background preloader

Linked Data : Current Status

Linked Data : Current Status
What is Linked Data? The Semantic Web is a Web of Data — of dates and titles and part numbers and chemical properties and any other data one might conceive of. The collection of Semantic Web technologies (RDF, OWL, SKOS, SPARQL, etc.) provides an environment where application can query that data, draw inferences using vocabularies, etc. However, to make the Web of Data a reality, it is important to have the huge amount of data on the Web available in a standard format, reachable and manageable by Semantic Web tools. Furthermore, not only does the Semantic Web need access to data, but relationships among data should be made available, too, to create a Web of Data (as opposed to a sheer collection of datasets). To achieve and create Linked Data, technologies should be available for a common format (RDF), to make either conversion or on-the-fly access to existing databases (relational, XML, HTML, etc). What is Linked Data Used For? Examples Learn More Current Status of Specifications Related:  teaching: Linked Data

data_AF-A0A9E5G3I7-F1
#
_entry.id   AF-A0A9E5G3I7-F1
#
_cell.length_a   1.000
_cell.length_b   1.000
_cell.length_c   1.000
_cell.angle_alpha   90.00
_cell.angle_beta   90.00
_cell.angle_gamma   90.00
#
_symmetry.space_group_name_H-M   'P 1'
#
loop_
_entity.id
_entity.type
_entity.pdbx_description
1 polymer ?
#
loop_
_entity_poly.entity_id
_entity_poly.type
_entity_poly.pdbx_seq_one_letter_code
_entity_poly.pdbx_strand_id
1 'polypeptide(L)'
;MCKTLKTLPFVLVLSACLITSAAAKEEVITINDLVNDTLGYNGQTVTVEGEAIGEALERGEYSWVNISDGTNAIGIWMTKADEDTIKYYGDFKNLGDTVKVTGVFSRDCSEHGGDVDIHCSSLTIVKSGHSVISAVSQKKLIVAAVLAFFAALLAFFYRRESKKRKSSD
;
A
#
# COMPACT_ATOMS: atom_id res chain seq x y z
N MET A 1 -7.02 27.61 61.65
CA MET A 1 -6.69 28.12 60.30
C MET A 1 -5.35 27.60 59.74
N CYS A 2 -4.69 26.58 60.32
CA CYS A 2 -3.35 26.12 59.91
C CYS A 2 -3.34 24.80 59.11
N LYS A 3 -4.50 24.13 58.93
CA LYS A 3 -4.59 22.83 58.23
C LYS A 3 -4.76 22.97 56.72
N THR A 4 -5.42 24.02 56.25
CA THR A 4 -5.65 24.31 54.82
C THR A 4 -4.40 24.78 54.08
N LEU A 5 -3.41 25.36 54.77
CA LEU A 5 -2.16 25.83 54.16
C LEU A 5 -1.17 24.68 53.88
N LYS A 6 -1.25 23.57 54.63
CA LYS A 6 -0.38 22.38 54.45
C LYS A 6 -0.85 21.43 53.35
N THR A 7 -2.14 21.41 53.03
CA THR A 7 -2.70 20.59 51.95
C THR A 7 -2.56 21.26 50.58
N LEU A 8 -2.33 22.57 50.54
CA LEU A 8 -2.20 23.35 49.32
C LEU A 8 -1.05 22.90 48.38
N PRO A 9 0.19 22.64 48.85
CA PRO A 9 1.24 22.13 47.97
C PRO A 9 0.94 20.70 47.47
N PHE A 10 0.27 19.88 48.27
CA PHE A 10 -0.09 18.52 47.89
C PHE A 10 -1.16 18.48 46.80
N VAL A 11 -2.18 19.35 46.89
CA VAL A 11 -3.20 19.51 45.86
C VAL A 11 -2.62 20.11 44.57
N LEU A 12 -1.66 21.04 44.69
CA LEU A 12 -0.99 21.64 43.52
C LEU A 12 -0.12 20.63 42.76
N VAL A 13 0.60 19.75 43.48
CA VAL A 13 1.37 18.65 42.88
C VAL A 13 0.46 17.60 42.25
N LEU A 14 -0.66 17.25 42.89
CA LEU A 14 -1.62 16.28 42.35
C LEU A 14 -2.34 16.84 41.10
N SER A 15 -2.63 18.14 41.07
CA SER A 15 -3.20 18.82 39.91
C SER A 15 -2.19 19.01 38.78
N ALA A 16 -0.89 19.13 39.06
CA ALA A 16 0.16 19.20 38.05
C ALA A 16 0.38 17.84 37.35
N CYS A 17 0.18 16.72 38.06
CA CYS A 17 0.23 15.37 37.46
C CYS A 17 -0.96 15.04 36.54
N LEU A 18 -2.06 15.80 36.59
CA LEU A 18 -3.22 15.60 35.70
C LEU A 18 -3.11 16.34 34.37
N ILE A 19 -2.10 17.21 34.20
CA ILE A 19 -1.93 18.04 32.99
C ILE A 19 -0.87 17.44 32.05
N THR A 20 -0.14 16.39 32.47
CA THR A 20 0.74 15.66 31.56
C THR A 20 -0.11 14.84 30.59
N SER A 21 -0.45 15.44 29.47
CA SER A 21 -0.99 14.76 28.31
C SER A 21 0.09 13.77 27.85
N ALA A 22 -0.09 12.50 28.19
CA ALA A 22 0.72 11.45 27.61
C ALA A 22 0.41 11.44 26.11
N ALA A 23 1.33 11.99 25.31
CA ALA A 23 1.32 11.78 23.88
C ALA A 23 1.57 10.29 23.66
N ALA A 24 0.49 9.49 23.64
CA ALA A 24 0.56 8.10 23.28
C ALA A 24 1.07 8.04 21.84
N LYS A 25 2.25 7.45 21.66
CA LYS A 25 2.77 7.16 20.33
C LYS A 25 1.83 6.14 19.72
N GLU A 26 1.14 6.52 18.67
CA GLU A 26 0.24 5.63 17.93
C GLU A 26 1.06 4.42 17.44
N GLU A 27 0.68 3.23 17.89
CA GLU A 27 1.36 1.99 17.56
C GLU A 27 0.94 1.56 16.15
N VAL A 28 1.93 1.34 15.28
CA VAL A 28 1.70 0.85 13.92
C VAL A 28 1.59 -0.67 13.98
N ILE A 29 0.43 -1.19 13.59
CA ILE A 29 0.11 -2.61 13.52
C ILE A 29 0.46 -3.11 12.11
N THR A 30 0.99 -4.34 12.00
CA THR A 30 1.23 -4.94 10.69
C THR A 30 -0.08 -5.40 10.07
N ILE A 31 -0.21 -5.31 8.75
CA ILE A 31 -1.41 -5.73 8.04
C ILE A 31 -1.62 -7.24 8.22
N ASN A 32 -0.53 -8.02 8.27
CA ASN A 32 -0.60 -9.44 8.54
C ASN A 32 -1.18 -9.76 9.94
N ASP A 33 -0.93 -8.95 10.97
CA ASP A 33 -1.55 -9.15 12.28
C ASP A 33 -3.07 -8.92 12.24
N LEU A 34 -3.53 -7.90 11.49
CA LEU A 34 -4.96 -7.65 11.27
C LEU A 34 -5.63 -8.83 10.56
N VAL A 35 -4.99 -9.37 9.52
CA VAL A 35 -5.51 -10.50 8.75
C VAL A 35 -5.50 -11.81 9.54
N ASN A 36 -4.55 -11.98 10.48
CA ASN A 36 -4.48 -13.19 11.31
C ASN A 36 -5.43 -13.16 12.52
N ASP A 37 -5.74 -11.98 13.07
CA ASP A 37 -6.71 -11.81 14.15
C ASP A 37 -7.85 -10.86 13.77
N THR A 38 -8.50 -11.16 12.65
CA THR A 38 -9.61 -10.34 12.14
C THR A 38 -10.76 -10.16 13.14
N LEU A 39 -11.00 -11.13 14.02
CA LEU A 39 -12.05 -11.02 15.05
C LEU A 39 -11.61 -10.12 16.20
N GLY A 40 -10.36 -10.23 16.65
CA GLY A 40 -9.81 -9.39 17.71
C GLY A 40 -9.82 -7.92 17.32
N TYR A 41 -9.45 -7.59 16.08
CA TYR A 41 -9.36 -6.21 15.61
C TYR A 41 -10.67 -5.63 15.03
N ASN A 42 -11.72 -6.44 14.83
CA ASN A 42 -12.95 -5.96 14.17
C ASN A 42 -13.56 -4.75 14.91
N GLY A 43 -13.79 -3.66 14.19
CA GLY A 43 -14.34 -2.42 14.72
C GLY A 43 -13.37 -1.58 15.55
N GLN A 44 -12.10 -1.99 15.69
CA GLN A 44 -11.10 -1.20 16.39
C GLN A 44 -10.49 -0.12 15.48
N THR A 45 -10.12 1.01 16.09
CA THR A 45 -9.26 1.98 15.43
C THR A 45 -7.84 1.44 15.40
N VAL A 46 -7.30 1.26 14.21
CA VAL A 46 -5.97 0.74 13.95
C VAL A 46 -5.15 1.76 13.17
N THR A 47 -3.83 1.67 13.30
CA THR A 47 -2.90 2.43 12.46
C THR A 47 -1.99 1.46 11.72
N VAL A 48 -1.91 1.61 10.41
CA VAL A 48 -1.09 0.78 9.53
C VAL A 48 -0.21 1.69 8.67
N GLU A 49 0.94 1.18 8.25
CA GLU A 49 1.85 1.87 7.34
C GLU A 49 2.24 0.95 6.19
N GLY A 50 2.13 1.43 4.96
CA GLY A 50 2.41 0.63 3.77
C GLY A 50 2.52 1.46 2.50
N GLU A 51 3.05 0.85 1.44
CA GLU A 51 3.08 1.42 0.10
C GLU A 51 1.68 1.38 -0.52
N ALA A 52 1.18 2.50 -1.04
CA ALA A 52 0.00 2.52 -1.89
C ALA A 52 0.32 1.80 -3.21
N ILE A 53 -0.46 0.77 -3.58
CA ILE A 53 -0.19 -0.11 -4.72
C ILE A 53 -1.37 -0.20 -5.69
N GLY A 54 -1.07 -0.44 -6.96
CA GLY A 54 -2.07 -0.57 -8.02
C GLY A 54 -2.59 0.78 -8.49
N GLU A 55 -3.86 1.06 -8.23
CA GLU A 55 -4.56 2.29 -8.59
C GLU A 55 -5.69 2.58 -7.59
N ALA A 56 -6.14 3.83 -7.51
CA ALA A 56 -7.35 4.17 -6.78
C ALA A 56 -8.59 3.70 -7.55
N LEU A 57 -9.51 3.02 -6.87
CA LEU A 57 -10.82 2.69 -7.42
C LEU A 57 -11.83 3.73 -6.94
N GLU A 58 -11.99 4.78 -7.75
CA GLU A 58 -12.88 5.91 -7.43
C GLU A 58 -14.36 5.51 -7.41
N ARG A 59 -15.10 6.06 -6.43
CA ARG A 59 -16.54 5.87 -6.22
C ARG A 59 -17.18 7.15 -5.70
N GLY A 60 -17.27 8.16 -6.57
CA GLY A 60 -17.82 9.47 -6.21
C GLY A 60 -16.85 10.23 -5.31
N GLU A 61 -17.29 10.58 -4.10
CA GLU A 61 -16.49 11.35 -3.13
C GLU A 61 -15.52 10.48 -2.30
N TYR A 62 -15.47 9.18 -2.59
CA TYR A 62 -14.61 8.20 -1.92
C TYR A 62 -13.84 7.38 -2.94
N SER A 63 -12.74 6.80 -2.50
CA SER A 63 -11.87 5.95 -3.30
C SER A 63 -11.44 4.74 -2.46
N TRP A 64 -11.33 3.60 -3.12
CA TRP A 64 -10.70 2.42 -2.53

W3C | Semantic Web Case Studies Case studies include descriptions of systems that have been deployed within an organization, and are now being used within a production environment. Use cases include examples where an organization has built a prototype system, but it is not currently being used by business functions. The list is updated regularly, as new entries are submitted to W3C. There is also an RSS1.0 feed that you can use to keep track of new submissions. Please, consult the separate submission page if you are interested in submitting a new use case or case study to be added to this list. (), by , , Activity area:Application area of SW technologies:SW technologies used:SW technology benefits: A short overview of the use cases and case studies is available as a slide presentation in Open Document Format and in PDF formats.